Seven touchdown passes in his first three starts? A 300-yard passing game, which hardly ever happens in Houston? A razor thin road loss to one of the league’s best teams? Why the hell wouldn’t Texans fans be excited about the future of the quarterback position?
Because that guy went 0-8 as a starter that season and was traded a year later for a 7th round draft pick that the Texans didn’t even keep.
Those were the 2013 stats for the first three starts of Case Keenum’s NFL career, and they should serve as a cautionary tale to Houston fans who have already tapped Deshaun Watson as a surefire Hall of Fame candidate and the answer to the Texans’ seemingly never-ending quarterback dilemma.
No, that’s not an indictment of Watson’s talent level or a proclamation that the two are even remotely similar players. Watson is far more athletic, competed (and won) in big games on big stages in college, and appears to have a grasp of Bill O’Brien’s notably complex offensive scheme that previous Texans’ quarterbacks never did. And considering that Texans’ fans have been waiting since the franchise’s inception for a quarterback who can bring a dynamic element to the offense that keeps opposing defenses guessing, it’s no wonder that the fanbase is heaping praise on Watson and declaring that the wait for a franchise signal caller is finally over.
(Quick aside: if you’re one of the not-at-all witty bastards who Tweeted “Houston, we have a quarterback!” here’s hoping your kidneys explode. Leave that phrase with Apollo 13 where it belongs.)
Here’s the thing: it’s been three (and a half) games. Take a deep breath, people.
“I just took a steaming dump on the Titans to the tune of an NFL rookie-record 5 touchdowns” Deshaun Watson is the same guy as “I passed for a paltry 125 yards and zero touchdowns against Cincinnati” Deshaun Watson.
“I damn near led us to an upset win on the road in New England” Deshaun Watson is the same player as “I barely completed 50% of my passes and posted a 42.7 QBR against the Jaguars at home” Deshaun Watson.
Yes, there were injuries to Will Fuller and Bruce Ellington in the earlier games and the argument can be made (rightfully so) that it’s Watson’s progression in such a short period of time that’s got everyone so pumped. But again, the kid has started exactly three NFL games. Let’s not saddle him — or the team — with unrealistic expectations.
If we’re being realistic — something sports fans who are recently enamored with an athlete, especially one on the team they root for, hate to do — Watson’s two-week annihilation of NFL defenses could very well have just as much to do with the opposition being atrocious defensively as with his being impressive offensively.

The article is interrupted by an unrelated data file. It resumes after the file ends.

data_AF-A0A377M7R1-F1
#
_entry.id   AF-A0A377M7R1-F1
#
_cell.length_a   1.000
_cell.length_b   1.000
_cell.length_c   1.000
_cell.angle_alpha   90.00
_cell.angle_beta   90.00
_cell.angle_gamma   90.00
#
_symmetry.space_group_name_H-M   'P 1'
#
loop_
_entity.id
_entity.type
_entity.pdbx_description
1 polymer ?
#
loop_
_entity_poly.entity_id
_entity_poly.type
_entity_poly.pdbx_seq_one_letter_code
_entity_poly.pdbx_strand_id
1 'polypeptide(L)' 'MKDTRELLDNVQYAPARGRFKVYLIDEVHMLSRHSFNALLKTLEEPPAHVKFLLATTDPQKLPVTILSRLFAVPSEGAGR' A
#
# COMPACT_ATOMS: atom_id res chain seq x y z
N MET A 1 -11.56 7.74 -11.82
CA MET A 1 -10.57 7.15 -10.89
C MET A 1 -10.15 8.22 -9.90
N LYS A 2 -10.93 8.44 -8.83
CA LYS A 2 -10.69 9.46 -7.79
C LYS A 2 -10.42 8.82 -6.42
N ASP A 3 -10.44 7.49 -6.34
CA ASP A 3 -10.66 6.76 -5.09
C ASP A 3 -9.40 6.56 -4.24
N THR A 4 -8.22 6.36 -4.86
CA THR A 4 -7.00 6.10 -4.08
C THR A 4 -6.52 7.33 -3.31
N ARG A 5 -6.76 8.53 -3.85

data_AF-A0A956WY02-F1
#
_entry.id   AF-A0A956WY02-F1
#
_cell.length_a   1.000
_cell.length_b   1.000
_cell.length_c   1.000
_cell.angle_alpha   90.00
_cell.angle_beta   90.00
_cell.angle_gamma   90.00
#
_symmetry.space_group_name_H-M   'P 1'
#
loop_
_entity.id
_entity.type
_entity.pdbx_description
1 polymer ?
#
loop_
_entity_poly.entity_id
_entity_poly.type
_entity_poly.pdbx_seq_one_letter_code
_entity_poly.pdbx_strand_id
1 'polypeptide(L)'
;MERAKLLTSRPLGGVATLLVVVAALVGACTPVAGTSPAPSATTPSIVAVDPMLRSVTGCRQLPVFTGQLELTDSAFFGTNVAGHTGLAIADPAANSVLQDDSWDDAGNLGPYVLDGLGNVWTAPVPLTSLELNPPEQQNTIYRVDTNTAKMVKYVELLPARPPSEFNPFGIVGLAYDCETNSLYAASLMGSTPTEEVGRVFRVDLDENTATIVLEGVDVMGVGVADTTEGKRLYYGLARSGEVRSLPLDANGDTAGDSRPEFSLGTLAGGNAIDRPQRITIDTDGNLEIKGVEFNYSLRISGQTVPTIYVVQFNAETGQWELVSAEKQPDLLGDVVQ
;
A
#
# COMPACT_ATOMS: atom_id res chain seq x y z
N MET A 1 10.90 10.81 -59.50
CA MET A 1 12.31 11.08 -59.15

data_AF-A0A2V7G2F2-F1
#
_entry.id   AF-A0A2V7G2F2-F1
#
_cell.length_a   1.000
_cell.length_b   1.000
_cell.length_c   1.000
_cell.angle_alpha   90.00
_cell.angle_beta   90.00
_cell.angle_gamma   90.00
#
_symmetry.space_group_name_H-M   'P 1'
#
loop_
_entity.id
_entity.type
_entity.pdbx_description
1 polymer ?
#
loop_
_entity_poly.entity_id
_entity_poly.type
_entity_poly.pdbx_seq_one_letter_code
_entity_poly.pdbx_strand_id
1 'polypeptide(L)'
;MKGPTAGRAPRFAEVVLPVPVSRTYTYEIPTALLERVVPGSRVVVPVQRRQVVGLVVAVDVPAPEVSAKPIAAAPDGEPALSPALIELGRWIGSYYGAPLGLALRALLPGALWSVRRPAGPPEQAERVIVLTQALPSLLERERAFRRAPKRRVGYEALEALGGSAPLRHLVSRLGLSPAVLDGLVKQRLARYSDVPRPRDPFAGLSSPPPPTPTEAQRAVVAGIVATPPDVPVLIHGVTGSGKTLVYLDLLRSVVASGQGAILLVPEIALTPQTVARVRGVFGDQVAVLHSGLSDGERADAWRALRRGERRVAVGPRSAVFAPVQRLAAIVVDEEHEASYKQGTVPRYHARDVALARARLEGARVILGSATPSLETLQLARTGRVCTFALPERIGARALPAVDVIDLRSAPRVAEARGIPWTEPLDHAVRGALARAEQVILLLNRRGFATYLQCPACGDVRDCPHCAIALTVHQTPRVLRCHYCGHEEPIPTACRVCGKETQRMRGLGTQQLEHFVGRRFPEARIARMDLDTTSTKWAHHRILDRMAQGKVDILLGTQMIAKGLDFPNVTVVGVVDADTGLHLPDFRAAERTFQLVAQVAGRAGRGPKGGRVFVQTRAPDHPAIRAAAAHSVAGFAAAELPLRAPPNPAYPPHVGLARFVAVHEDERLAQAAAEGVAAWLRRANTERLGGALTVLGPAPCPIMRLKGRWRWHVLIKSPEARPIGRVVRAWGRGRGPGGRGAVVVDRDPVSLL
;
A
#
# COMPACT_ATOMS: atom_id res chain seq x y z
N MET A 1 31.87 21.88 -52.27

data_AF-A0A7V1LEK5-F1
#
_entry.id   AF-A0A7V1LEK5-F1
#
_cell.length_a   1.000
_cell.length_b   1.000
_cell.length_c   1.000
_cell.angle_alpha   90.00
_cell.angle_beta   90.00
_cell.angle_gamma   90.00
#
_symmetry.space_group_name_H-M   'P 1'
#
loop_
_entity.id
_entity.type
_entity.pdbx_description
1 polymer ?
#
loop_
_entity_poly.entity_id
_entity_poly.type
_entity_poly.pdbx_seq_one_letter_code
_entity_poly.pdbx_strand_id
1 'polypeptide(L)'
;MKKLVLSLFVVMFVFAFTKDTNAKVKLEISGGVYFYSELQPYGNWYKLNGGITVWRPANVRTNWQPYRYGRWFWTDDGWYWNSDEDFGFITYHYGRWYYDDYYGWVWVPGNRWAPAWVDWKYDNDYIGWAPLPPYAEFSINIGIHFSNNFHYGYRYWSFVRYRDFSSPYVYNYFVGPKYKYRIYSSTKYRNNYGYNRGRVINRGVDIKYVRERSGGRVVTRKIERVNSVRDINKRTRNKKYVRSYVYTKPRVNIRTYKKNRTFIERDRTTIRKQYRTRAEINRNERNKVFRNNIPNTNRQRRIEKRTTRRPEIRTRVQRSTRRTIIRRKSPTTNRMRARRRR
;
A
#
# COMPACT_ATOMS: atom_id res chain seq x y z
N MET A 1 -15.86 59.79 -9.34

Consider this: heading into Week 3, the Titans’ defense ranked 27th in the league in yards per game allowed. The Patriots — who Watson picked apart last week — ranked dead last.
Take a gander at the Texans’ first half performance against Tennessee, where one could argue that the biggest play on nearly every drive came as a result of piss poor defense by the Titans:
Drive #1: 4 plays, 43 yards – Lamar Miller 2-yard TD run (Texans lead 7-0)
KEY PLAY: Facing a 2nd & 7 from the Titans’ 40-yard line, Watson completes a 35-yard pass to Bruce Ellington at the Tennessee 5 yard line. Replays show Ellington running wide open down the middle of the field between two utterly confused Titans defenders. Houston scores two plays later.
Drive #2: 11 plays, 76 yards – Watson TD pass to Deandre Hopkins (Texans lead 14-0)
KEY PLAY: After a beautiful misdirection in the backfield, Watson dumps the ball off to Lamar Miller, who has open field in front of him that equates to the approximate surface area of both North and South Dakota. Miller scampers 32 yards and the Texans score two plays later.
Drive #3: 9 plays, 76 yards – Watson’s 2nd TD pass to Will Fuller (Texans lead 21-0)
KEY PLAY: The biggest gainer on this particular drive was a 17-yard dump off to Stephen Anderson, who catches the ball and turns around to find precisely no one within 10 yards of him. Big gain. Texans score two plays later. (Notice a pattern yet?)
Drive #4: 12 plays, 43 yards – Fairbairn 50-yard FG (Texans lead 24-7)
KEY PLAY: Perhaps the biggest play of this drive was the one Watson didn’t make, missing a wide open Will Fuller on what would have been a 39-yard touchdown pass.
Drive #5: 2 plays, 58 yards – Watson 1-yard TD run (Texans lead 30-14)
KEY PLAY: With the Titans closing the gap to 24-14, Watson’s touchdown gave the Texans some much needed breathing room late in the first half. But it was a 45-yard pass interference penalty — with Tennessee rookie defensive back Adoree’ Jackson mugging Will Fuller — that set up the touchdown on the very next play.
Miraculously, the Titans gave Houston yet another chance to score in the first half after Marcus Mariota threw his second interception of the afternoon on Tennessee’s first play from scrimmage following the Watson touchdown run. The Texans marched down to the Titans’ 18 yard line only to have Watson make one of his few mistakes of the afternoon, throwing an ill-advised pass that was easily picked off near the goal line and costing Houston an opportunity for at least a field goal heading into the locker room.
It’s that Deshaun Watson that Texans’ fans need to be prepared to see: the one that makes bad decisions because he’s a 22-year old rookie in the NFL. The one that will inevitably get caught up in the moment when things are going well and try to do too much; or get frustrated in the moment when things are going badly and try to do too much.
Houston fans have every right to be excited about what Deshaun Watson has already brought to the table. We here at DSB sure as hell are. Here’s hoping the Texans’ faithful are as willing to forgive his inadequacies when they rear their ugly heads as they are to praise his outstanding play over such a small sample size against sub-par competition.